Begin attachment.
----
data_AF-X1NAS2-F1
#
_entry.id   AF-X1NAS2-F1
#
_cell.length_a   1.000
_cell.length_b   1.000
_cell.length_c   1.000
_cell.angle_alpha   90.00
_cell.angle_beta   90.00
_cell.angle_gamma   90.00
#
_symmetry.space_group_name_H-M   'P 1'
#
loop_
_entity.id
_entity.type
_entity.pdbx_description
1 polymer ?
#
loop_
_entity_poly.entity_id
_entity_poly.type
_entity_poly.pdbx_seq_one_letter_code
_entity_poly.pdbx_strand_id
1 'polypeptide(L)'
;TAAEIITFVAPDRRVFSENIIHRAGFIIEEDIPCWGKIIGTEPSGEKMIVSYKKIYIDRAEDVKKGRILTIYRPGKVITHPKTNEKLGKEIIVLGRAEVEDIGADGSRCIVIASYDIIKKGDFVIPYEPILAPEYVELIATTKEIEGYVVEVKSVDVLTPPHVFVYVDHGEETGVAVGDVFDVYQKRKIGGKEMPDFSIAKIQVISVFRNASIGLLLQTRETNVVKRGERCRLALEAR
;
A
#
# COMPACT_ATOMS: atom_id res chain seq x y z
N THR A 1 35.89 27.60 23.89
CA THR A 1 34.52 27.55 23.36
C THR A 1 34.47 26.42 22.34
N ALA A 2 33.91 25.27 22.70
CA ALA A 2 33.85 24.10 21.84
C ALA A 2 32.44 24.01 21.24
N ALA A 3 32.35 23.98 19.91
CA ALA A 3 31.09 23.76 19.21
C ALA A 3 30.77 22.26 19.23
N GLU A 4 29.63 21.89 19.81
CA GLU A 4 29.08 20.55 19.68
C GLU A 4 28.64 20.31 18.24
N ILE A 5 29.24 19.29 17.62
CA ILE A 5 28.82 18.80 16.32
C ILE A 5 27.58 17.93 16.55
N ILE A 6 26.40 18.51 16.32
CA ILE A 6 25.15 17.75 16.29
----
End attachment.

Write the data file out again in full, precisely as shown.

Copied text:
data_AF-X1NAS2-F1
#
_entry.id   AF-X1NAS2-F1
#
_cell.length_a   1.000
_cell.length_b   1.000
_cell.length_c   1.000
_cell.angle_alpha   90.00
_cell.angle_beta   90.00
_cell.angle_gamma   90.00
#
_symmetry.space_group_name_H-M   'P 1'
#
loop_
_entity.id
_entity.type
_entity.pdbx_description
1 polymer ?
#
loop_
_entity_poly.entity_id
_entity_poly.type
_entity_poly.pdbx_seq_one_letter_code
_entity_poly.pdbx_strand_id
1 'polypeptide(L)'
;TAAEIITFVAPDRRVFSENIIHRAGFIIEEDIPCWGKIIGTEPSGEKMIVSYKKIYIDRAEDVKKGRILTIYRPGKVITHPKTNEKLGKEIIVLGRAEVEDIGADGSRCIVIASYDIIKKGDFVIPYEPILAPEYVELIATTKEIEGYVVEVKSVDVLTPPHVFVYVDHGEETGVAVGDVFDVYQKRKIGGKEMPDFSIAKIQVISVFRNASIGLLLQTRETNVVKRGERCRLALEAR
;
A
#
# COMPACT_ATOMS: atom_id res chain seq x y z
N THR A 1 35.89 27.60 23.89
CA THR A 1 34.52 27.55 23.36
C THR A 1 34.47 26.42 22.34
N ALA A 2 33.91 25.27 22.70
CA ALA A 2 33.85 24.10 21.84
C ALA A 2 32.44 24.01 21.24
N ALA A 3 32.35 23.98 19.91
CA ALA A 3 31.09 23.76 19.21
C ALA A 3 30.77 22.26 19.23
N GLU A 4 29.63 21.89 19.81
CA GLU A 4 29.08 20.55 19.68
C GLU A 4 28.64 20.31 18.24
N ILE A 5 29.24 19.29 17.62
CA ILE A 5 28.82 18.80 16.32
C ILE A 5 27.58 17.93 16.55
N ILE A 6 26.40 18.51 16.32
CA ILE A 6 25.15 17.75 16.29